Sir Alex Ferguson feared he would never be able to speak again

Sir Alex Ferguson feared he would never be able to speak again after suffering a brain haemorrhage in 2018 – with legendary former Manchester United boss revealing his terror before his voice returned after 10 days

  • The former Manchester United manager was speaking at Glasgow Film Festival 
  • Sir Alex Ferguson: Never Give In was a film directed by his son Jason Ferguson 
  • Ex-Aberdeen boss also revealed his favourite memory whilst at the Red Devils 

Sir Alex Ferguson has said he feared he would never be able to speak again after suffering a brain haemorrhage in 2018.

The former Manchester United manager told a Q&A at Glasgow Film Festival (GFF) he was worried he could lose his voice and memory after undergoing emergency surgery.

A new documentary about the two-time Champions League-winning manager premiered at the GFF on Saturday. Sir Alex Ferguson: Never Give In was filmed while he was recovering from the operation, directed by his son Jason.

Sir Alex Ferguson has revealed his terror at not being able to speak after a brain haemorrhage

Aware that his memory might desert him, the film sees Sir Alex recount the most important stories of his life, in and out of football. Speaking alongside his son during a virtual Q&A, he said the recovery from the operation was terrifying.

‘I lost my voice, just could not get a word out, and that was terrifying – absolutely terrifying,’ he said. ‘And everything was going through my mind: is my memory going to come back? Am I ever going to speak again?’

With a speech therapist he worked through exercises in which he had to recall every member of his teams and his voice came back after 10 days.

Ferguson, who retired in 2013, won 38 trophies during a 26-year spell in charge of United, and previously managed East Stirlingshire, St Mirren, Aberdeen and the Scotland national team.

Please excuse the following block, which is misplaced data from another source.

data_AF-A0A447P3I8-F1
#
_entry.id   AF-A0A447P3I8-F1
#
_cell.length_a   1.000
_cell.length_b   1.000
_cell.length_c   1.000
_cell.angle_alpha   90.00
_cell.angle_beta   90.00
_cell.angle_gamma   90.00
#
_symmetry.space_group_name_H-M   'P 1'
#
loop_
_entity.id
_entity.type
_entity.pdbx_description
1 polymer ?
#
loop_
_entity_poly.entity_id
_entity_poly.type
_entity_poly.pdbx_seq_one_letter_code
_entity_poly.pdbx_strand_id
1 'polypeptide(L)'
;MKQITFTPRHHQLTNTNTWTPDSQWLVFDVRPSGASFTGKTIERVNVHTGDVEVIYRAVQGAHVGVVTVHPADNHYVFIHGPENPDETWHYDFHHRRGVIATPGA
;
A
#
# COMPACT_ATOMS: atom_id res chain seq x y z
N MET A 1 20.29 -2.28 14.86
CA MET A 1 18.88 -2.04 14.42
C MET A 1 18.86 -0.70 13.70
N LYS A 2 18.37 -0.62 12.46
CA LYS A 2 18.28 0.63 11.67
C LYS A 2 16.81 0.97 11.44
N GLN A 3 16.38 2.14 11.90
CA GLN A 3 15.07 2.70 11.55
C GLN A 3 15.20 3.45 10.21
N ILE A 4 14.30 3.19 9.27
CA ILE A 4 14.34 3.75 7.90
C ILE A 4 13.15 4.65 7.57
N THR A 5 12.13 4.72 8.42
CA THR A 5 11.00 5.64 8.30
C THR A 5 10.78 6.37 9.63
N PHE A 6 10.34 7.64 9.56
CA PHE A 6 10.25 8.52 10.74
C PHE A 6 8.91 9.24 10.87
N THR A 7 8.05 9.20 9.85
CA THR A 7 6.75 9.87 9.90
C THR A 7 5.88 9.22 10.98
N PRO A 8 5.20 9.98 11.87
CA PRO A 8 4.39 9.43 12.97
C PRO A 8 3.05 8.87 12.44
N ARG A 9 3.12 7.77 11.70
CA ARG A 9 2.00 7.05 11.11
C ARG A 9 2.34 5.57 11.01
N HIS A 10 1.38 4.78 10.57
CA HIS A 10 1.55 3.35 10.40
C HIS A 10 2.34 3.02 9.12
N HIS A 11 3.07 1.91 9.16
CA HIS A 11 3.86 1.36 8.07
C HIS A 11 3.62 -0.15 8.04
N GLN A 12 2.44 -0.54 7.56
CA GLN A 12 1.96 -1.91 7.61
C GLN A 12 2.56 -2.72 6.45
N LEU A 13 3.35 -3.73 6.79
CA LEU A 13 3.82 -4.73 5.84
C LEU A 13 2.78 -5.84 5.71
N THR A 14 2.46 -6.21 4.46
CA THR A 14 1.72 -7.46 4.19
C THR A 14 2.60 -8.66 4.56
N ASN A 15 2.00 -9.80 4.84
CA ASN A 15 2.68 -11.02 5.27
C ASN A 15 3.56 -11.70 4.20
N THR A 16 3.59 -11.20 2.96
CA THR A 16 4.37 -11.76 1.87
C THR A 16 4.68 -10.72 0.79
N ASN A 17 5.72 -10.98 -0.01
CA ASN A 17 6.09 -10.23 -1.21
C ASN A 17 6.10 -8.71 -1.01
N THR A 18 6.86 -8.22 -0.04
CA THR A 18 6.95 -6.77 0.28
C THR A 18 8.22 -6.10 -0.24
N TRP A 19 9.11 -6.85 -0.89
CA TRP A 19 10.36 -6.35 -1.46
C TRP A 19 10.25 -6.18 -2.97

The legendary former Manchester United boss won 38 trophies during 26 years with the side

He told the Q&A that his favourite memory of Manchester United fans was on the day he won the league title for the first time.

‘God almighty – I couldn’t get out of the car park,’ he said. ‘There were thousands of them… they could have made me president that day.’

He said the experiences he regretted most during his time in football were having to let players go, particular youngsters.

‘That is the worst thing, having to let a young player go,’ he said. ‘Because all his ambitions and hopes and desires are about playing for Manchester United in front of 75,000 people and going to Wembley in a final.

Ferguson described his best memory at United as winning the Premier League for the first time

‘When you take that away from them it’s a sore, sore thing. So I hated that.’

The documentary also looks at Sir Alex’s upbringing in Scotland.

‘I speak for every young boy in Govan and Glasgow that growing up, the only thing you had was football – football every day,’ he added. ‘There was nothing else in my life.’

As a young man, Sir Alex organised strikes of apprentice workers, helping to win better wages.

‘There are moments in your life when you say, I did something really worthwhile,’ he said, stressing he was proud of his role in the strikes.

He said that determination was a key attribute in his success, reminiscing on a formative defeat as a young manager to Albion Rovers when he was in charge of East Stirlingshire.

His team lost 5-2 and he said he ‘made sure my players had a mental toughness from that moment on’.

He added: ‘My mindset every time I played a game of football was to win – that was the only thing that mattered.’ 

Share this article

Source: Read Full Article